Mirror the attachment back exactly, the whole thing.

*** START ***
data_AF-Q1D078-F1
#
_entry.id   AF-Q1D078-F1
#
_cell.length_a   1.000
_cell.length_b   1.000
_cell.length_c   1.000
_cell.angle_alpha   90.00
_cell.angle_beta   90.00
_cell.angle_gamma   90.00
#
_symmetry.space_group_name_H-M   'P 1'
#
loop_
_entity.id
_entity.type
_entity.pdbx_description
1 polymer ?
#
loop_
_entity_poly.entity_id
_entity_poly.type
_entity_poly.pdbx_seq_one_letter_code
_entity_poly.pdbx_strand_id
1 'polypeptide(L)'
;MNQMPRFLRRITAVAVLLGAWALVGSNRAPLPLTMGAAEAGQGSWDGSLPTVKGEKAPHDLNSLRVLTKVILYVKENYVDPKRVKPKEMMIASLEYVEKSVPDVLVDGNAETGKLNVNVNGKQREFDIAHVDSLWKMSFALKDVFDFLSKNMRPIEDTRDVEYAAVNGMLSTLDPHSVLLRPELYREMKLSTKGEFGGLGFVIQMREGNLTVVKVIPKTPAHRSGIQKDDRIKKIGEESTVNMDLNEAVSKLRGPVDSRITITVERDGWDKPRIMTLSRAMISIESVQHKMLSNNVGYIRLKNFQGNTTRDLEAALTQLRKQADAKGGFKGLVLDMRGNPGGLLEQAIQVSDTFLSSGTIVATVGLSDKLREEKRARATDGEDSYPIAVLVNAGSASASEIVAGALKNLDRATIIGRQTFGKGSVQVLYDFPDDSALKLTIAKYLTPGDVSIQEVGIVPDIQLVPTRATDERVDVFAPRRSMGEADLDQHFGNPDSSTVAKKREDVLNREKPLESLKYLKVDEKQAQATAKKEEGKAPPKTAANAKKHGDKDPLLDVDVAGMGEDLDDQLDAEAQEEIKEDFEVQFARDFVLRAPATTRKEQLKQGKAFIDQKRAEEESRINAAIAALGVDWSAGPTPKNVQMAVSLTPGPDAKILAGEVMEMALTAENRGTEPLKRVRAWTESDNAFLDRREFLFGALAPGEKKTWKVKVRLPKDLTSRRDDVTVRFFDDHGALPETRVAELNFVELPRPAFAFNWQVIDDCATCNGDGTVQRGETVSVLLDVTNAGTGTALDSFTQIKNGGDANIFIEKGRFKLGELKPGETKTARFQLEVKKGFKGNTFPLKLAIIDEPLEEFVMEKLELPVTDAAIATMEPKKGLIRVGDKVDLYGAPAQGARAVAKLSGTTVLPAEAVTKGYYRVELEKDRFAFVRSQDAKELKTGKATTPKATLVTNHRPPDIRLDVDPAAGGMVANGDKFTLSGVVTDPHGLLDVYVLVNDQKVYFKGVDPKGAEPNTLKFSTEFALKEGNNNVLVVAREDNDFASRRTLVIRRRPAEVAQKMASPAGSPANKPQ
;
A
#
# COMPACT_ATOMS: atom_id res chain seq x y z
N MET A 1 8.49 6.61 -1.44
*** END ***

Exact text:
data_AF-Q1D078-F1
#
_entry.id   AF-Q1D078-F1
#
_cell.length_a   1.000
_cell.length_b   1.000
_cell.length_c   1.000
_cell.angle_alpha   90.00
_cell.angle_beta   90.00
_cell.angle_gamma   90.00
#
_symmetry.space_group_name_H-M   'P 1'
#
loop_
_entity.id
_entity.type
_entity.pdbx_description
1 polymer ?
#
loop_
_entity_poly.entity_id
_entity_poly.type
_entity_poly.pdbx_seq_one_letter_code
_entity_poly.pdbx_strand_id
1 'polypeptide(L)'
;MNQMPRFLRRITAVAVLLGAWALVGSNRAPLPLTMGAAEAGQGSWDGSLPTVKGEKAPHDLNSLRVLTKVILYVKENYVDPKRVKPKEMMIASLEYVEKSVPDVLVDGNAETGKLNVNVNGKQREFDIAHVDSLWKMSFALKDVFDFLSKNMRPIEDTRDVEYAAVNGMLSTLDPHSVLLRPELYREMKLSTKGEFGGLGFVIQMREGNLTVVKVIPKTPAHRSGIQKDDRIKKIGEESTVNMDLNEAVSKLRGPVDSRITITVERDGWDKPRIMTLSRAMISIESVQHKMLSNNVGYIRLKNFQGNTTRDLEAALTQLRKQADAKGGFKGLVLDMRGNPGGLLEQAIQVSDTFLSSGTIVATVGLSDKLREEKRARATDGEDSYPIAVLVNAGSASASEIVAGALKNLDRATIIGRQTFGKGSVQVLYDFPDDSALKLTIAKYLTPGDVSIQEVGIVPDIQLVPTRATDERVDVFAPRRSMGEADLDQHFGNPDSSTVAKKREDVLNREKPLESLKYLKVDEKQAQATAKKEEGKAPPKTAANAKKHGDKDPLLDVDVAGMGEDLDDQLDAEAQEEIKEDFEVQFARDFVLRAPATTRKEQLKQGKAFIDQKRAEEESRINAAIAALGVDWSAGPTPKNVQMAVSLTPGPDAKILAGEVMEMALTAENRGTEPLKRVRAWTESDNAFLDRREFLFGALAPGEKKTWKVKVRLPKDLTSRRDDVTVRFFDDHGALPETRVAELNFVELPRPAFAFNWQVIDDCATCNGDGTVQRGETVSVLLDVTNAGTGTALDSFTQIKNGGDANIFIEKGRFKLGELKPGETKTARFQLEVKKGFKGNTFPLKLAIIDEPLEEFVMEKLELPVTDAAIATMEPKKGLIRVGDKVDLYGAPAQGARAVAKLSGTTVLPAEAVTKGYYRVELEKDRFAFVRSQDAKELKTGKATTPKATLVTNHRPPDIRLDVDPAAGGMVANGDKFTLSGVVTDPHGLLDVYVLVNDQKVYFKGVDPKGAEPNTLKFSTEFALKEGNNNVLVVAREDNDFASRRTLVIRRRPAEVAQKMASPAGSPANKPQ
;
A
#
# COMPACT_ATOMS: atom_id res chain seq x y z
N MET A 1 8.49 6.61 -1.44